The Photos I Wish I Had & The Photos I Want To Make
My daughter, Hazel, is getting so big, so fast. I keep feeling like if I blink again she’s going to be driving away on her way to university. Everyone says “it goes by so fast”, but holy shit I didn’t realise it REALLY DOES. And there’s no stopping the momentum of growing up, learning and developing. No matter how many days we have to wake up at 4:30 am, it’s still flying by at the speed of light.
I often look at pictures I’ve taken of Hazel since she was born. We have many printed and displayed on the walls of our home as well as several albums I’ve made along the way. Although my skills of preserving my family memories and moments are above average, I’m always feeling behind in printing and finalising an image to make it a permanent part of my family history. Some of my precious memories just sit on my hard drive or my phone. It’s one of the annoying parts of parenting. There's never enough time in a day to do everything. Ever. And sometimes when I get just one thing done I feel like I deserve a freaking medal. So with that said, albums fall through the cracks.
The other day I was looking back through the photographs we have of Hazel as an itty bitty teeny weeny little thing. There are too few of them and it makes me really sad. I’m happy to have the images that we do, but I feel such regret at not taking more photographs of her little sleepy self. I was in a dark and tired state with a newborn who, unlike most newborns, would NOT cooperate with having her photograph taken. So in my sleep deprived state I gave up quickly. This is before I was aware of what documentary photography was and during mourning the loss or interruption of my landscape photography passion. I go into more depth about my journey in an article called The End of Adventure so I’ll let you read that for more details. There are too few photographs of her just being a little newborn baby. Most, if not all are phone pictures we snapped to text to family or put on social media to tell everyone how tired we were.
I mourn the loss (can you mourn something you never had?) of the non existent photos of her sleeping on Nick, crying (she did this A LOT…colic), feeding and just being. I wish we had more pictures of her in the space we lived in even though I hated it at the time. It was too small, too hot and too loud. It represented where we were in our life and it was a magical time even though it was h.a.r.d. So I continue to have regret for what I missed because I know my memory will never recall all the details and little stories that would have been saved for eternity with photographs. I can hardly remember yesterday for gods sake. And I know that if we do ever have a second child it will be much better documented along the way.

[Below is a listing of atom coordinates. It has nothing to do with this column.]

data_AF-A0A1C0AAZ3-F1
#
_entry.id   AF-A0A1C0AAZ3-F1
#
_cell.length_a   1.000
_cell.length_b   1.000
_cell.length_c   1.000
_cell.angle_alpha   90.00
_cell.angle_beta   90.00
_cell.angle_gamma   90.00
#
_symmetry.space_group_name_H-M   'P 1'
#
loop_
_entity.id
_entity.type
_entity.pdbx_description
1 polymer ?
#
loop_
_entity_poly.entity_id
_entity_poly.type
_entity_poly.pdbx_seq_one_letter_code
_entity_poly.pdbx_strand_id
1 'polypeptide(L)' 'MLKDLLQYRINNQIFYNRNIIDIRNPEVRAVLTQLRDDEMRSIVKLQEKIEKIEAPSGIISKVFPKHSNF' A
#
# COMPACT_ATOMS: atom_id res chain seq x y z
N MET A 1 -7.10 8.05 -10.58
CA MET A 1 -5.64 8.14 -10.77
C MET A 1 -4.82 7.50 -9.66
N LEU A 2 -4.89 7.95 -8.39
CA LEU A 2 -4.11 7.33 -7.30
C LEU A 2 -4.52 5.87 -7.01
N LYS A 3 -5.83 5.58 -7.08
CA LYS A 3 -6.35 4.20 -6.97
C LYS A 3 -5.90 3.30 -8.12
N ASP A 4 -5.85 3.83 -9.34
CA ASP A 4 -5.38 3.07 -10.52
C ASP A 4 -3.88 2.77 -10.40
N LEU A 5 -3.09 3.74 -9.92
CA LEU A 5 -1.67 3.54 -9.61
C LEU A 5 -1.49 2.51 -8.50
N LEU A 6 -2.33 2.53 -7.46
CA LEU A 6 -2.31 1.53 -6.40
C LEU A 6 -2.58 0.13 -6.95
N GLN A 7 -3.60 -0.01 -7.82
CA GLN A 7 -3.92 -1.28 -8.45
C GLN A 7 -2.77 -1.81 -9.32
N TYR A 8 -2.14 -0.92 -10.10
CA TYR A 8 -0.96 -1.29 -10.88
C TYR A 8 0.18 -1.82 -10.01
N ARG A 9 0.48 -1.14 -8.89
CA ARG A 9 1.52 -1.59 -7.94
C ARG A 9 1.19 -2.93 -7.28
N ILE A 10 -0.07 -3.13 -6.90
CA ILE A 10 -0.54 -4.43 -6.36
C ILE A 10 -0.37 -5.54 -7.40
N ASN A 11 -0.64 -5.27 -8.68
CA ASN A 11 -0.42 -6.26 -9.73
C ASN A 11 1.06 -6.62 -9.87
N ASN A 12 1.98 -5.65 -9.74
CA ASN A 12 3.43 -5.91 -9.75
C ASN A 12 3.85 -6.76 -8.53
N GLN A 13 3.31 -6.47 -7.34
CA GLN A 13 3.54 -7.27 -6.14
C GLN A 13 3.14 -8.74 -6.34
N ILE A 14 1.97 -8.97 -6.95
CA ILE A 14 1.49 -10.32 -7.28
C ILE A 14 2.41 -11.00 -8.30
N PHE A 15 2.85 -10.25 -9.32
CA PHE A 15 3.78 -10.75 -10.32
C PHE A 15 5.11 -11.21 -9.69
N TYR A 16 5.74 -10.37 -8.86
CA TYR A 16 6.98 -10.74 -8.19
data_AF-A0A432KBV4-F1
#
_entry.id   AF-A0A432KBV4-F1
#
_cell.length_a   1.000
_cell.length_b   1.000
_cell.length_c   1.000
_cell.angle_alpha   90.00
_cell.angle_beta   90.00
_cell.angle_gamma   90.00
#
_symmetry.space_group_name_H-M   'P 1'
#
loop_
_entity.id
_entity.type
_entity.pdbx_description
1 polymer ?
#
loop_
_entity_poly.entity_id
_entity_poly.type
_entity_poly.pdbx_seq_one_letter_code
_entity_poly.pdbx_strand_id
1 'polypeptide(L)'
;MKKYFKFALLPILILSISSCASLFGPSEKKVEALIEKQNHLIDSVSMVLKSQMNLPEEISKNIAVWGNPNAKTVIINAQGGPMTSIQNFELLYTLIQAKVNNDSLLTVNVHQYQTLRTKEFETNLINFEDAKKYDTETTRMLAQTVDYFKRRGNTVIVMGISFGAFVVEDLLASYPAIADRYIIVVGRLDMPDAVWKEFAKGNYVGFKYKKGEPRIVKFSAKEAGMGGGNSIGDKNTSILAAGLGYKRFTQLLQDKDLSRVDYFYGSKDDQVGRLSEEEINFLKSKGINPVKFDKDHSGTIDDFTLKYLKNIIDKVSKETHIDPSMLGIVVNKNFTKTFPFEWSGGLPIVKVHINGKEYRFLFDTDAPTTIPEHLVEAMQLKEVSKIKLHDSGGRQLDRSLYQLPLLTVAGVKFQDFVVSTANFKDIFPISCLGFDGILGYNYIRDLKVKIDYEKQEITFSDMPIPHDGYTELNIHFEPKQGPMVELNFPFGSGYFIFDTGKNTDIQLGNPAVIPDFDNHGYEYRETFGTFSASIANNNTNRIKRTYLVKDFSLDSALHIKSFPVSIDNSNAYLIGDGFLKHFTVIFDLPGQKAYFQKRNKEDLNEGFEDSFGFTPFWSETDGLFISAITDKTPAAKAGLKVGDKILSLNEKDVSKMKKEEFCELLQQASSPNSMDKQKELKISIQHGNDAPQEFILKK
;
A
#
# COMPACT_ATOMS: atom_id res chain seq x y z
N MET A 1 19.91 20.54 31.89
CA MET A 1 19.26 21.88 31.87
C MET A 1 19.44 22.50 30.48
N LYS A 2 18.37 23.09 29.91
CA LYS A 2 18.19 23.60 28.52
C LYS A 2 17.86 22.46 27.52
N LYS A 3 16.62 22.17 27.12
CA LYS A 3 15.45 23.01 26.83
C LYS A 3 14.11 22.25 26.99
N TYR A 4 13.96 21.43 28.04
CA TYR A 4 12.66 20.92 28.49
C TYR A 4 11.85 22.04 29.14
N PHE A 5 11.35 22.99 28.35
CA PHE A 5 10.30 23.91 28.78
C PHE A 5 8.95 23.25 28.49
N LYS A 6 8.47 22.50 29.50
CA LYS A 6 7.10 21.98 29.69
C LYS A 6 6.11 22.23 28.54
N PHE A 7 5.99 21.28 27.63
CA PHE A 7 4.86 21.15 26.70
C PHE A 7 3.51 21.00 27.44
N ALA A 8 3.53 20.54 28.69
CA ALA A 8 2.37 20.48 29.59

I try not to spend too much time dwelling on what I can’t change. Instead I’ve started to make a list of moments that mean something to me NOW and making it a focus to have my camera (or even my phone) handy to capture them when they present themselves. With the flying of time, as stated above, I feel a pressure to collect them all while I can. Things with the littles transition so fast and it seems as soon as I start saying the words “Hazel has been doing dot dot dot…. for the last couple of weeks” she’s on to something else. But all those little momentary bits and phases are exactly what make up her childhood. Some are great and some are frustrating (like purposely throwing her milk on the sofa) but all are WHO SHE IS. And all these little moments are making up what this incredible little person is going to be like when she’s 20, 30, 40 years old.
So I pose a question to you.
What are you missing out on right now? What moments are happening that are so special and you need to hold them in your memory and close to your heart? Which of these memories needs a photograph attached to it so you can recall the great stories + details in 10 or 20 years and pass them on? I challenge you to make a list for yourself of the moments that deserve extra attention and need a little more care. Bonus points for memories that are hard, sad or challenging. Cos life ain’t always unicorns and rainbows, people. This shit is messy and the mess is often what turns into the best and most precious stories later on.
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